Ideas Gleaned From The Mind of Conrad Quintano
1. When you live forever you’re bound to make a few mistakes. It goes with the territory, especially if you’re still partly human. To err is human—isn’t that how the saying goes? It doesn’t matter how old or how careful or how intelligent you are. Every now and again there’s going to be something you fail to take into account. It’s inevitable. There’s really very little in this world more prone to miscalculation than the human heart…or even the mostly human heart.
2. Vampires are nothing if not adaptable. It’s a survival skill; as crucial as fangs. Either you learn early on to blend in, to fold seamlessly into the mise-en-scene, to successfully “pass” as mortal, or angry mobs armed with torches and wooden stakes are likely to figure prominently in your sure-to-be-short-lived future. Conrad Quintano knew this as well as anyone could. Over a thousand years as one of the blood-drinking undead had taught him that nothing was so constant as change.
Still, some changes were indisputably harder to adapt to than others…
3. You can choose your food, but not your family. It’s a fact of life that mostly holds true for vampires and humans alike. There are always exceptions, of course. Rare instances where you get to decide with whom you will ally yourself. Less rare occasions when you find your dietary choices have been reduced to “this or nothing”.
But, for the most part, who you are is a given, a fait accompli. Who you eat, on the other hand, that’s largely up to you…
4. Regret is a common human emotion, one that afflicts almost everyone from time to time. And periodic bouts of introspection, especially in the winter months when the old year wanes and the days grow short, is a common human pastime.
Vampires would do well to avoid them both. When one’s existence is shaped and colored by loss, such things are foolish expenditures of one’s time and energy. Prolonged introspection is a trap that can lead one into despair. While regret is a vain and frivolous indulgence, a luxury no one who might possibly live forever can afford.
5. There is a very simple reason for all the myths and misconceptions regarding vampires, one simple truth beneath the falsehoods and the fears. The truth and the reason is this: there is nothing simple about vampires. They are amazingly complex creatures, an amalgam of man and mystery first spawned on some dark, forgotten dawn in some dim, forsaken corner of the globe.
Every vampire carries the mark of both parents within its cells—or upon its soul, if you believe in such things. Each is stamped in the image of the man or woman it once was and infused with the essence of that creature who sired it.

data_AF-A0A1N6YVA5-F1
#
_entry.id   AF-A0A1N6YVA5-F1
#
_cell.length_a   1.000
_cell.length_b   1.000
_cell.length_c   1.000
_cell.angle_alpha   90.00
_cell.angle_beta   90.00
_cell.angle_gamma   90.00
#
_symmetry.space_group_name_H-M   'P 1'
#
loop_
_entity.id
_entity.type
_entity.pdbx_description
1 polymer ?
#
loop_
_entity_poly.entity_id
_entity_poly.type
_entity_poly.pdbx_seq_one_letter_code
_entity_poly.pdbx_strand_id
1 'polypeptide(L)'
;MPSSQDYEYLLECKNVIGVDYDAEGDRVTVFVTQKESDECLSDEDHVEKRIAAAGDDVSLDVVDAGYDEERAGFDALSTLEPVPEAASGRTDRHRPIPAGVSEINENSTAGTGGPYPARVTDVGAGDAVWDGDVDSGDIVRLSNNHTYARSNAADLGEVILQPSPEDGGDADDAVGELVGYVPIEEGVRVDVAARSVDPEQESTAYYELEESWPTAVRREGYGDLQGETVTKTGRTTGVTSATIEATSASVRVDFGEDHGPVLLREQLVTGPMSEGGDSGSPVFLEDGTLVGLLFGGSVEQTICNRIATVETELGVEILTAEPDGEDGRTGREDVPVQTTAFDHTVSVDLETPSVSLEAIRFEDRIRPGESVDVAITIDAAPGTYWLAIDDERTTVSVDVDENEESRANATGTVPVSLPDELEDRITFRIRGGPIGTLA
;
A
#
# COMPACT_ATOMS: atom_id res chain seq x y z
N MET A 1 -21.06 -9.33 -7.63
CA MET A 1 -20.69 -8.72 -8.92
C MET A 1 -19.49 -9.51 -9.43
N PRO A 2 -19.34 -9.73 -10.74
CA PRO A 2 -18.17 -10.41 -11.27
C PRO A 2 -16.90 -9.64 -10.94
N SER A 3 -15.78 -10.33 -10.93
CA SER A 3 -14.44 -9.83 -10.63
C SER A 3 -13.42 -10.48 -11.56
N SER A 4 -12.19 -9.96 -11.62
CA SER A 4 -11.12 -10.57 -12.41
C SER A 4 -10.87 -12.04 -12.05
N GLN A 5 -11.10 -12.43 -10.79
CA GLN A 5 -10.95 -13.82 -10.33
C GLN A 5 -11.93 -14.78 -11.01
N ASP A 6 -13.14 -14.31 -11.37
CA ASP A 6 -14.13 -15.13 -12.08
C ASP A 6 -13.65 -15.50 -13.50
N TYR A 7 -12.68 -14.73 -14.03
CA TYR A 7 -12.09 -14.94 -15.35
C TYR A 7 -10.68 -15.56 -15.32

It is fashionable these days, among humans, to say that when you take someone to bed, you are bedding not just that one person—or the two, or three, or however many your personal taste dictates—but everyone they have ever bedded as well. Vampires have always known this to be so.
6. Humans talk about love as though it’s the only thing that matters. Vampires know better. Love is a strong root. It runs deep. It resists frost and drought and is capable of surviving decades, sometimes centuries, of neglect or abuse. Yet after all of that, if given just the smallest bit of encouragement, love is always willing to send up another green shoot of hope.
Love is tough. It endures. That’s part of its beauty, what makes it so important. Trust, on the other hand—that fragile flower with its sweet perfume—is a far less hardy specimen and much more difficult to cultivate.
Once damaged, in even the slightest degree, it can be very difficult to coax trust back to full health. It’s susceptible to cold. It’s easily stunted. It’s prone to an early death. All of which would be bad enough on its own, of course, because without trust the world is made a bleaker and more colorless place. But it’s seldom the damage stops there.
A lack of trust is one of the few things capable of blighting even the deepest love. It can turn love bitter, can twist it into something evil, ugly, obsessive. It’s an insidious change, one that often appears to strike without warning. In many cases, you realize what has happened only after the fact, when you wake up one evening to discover you’ve somehow unintentionally destroyed everything you once held dear.
7. If there was anything Conrad Quintano excelled at—aside from sword play, of course, and the acquiring of new languages—it was hiding in plain sight. Given his nearly twelve hundred years of practice, how could that not be the case? Misdirection was second nature to him at this point, discretion as effortless as breathing.
But everyone makes mistakes, every now and again; and the likelihood of it happening only increases when one is hungry, or tired. Or lonely. And Conrad was very much alone.